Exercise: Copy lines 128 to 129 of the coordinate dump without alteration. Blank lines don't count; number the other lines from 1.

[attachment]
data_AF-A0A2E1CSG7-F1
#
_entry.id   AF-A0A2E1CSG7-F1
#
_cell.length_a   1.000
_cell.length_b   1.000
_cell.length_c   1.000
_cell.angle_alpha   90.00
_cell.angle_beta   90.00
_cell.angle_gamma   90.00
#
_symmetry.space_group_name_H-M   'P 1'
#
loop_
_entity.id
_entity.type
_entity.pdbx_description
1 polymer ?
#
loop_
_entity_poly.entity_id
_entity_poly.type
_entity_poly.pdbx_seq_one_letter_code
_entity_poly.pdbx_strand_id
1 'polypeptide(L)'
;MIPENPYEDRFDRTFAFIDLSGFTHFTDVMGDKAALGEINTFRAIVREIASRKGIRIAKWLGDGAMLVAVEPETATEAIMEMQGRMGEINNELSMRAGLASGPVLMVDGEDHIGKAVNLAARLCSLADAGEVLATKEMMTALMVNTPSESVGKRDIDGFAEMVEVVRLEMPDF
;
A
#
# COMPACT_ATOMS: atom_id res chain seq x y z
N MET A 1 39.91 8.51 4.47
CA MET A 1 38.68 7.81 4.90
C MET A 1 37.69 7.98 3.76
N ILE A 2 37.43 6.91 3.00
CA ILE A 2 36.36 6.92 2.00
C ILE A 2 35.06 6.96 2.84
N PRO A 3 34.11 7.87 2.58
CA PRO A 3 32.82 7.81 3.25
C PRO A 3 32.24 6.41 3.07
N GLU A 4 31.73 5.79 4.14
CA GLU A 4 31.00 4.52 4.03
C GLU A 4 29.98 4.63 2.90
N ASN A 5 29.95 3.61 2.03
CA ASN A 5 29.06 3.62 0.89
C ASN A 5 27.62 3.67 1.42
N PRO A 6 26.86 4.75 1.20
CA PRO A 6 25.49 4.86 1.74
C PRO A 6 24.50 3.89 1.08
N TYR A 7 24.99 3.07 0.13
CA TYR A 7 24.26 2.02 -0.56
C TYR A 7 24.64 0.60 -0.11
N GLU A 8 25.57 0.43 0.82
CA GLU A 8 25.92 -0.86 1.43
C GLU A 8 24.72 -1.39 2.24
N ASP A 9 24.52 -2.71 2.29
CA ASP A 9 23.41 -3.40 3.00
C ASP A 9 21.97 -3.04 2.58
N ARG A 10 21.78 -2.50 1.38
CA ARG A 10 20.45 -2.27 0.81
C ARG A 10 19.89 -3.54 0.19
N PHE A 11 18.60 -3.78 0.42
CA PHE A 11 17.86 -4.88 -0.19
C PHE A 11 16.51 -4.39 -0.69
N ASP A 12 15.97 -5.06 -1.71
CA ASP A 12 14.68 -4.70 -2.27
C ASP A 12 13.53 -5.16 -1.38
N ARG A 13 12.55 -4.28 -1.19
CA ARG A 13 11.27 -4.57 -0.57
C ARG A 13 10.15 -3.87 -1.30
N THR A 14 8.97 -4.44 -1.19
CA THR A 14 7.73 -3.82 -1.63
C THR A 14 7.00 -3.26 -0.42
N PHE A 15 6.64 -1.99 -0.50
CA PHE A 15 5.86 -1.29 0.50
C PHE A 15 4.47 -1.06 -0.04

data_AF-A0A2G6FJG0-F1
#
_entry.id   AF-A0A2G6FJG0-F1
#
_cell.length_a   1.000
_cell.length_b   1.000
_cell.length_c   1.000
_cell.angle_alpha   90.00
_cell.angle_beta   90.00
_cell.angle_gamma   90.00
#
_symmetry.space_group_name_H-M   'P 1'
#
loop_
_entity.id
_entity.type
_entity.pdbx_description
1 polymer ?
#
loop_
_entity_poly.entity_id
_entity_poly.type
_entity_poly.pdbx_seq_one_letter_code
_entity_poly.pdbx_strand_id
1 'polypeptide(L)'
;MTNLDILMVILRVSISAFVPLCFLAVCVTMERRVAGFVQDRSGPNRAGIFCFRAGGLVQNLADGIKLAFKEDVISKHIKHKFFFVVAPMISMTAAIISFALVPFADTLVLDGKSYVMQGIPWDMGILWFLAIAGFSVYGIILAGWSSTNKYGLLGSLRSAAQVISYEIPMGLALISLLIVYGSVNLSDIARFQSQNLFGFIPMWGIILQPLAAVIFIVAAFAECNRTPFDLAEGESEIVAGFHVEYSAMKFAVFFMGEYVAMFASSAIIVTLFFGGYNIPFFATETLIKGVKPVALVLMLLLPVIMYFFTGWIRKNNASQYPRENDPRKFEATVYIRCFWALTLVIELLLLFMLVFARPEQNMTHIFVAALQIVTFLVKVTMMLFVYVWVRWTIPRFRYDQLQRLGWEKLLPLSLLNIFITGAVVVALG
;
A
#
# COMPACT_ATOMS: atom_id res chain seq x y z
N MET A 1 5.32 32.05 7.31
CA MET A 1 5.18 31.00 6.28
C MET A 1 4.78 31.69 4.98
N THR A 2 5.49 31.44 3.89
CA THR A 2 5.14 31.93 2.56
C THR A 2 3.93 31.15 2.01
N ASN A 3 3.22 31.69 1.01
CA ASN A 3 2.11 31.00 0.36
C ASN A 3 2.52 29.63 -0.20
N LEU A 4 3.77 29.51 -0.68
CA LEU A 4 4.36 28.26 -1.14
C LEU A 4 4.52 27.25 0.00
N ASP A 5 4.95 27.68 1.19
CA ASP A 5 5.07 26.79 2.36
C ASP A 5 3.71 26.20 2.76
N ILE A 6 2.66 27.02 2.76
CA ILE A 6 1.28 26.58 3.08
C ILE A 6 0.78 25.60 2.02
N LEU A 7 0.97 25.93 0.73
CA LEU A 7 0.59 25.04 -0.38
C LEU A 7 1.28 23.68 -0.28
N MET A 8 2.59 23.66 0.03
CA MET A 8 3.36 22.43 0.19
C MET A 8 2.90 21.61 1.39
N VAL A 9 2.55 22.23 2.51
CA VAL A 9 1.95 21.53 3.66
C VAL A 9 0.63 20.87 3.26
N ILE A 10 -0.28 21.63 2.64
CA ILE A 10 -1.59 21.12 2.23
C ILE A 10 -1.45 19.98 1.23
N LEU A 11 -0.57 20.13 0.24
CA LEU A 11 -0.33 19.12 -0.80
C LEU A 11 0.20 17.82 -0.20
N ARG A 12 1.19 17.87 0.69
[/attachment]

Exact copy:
CA MET A 8 3.36 22.43 0.19
C MET A 8 2.90 21.61 1.39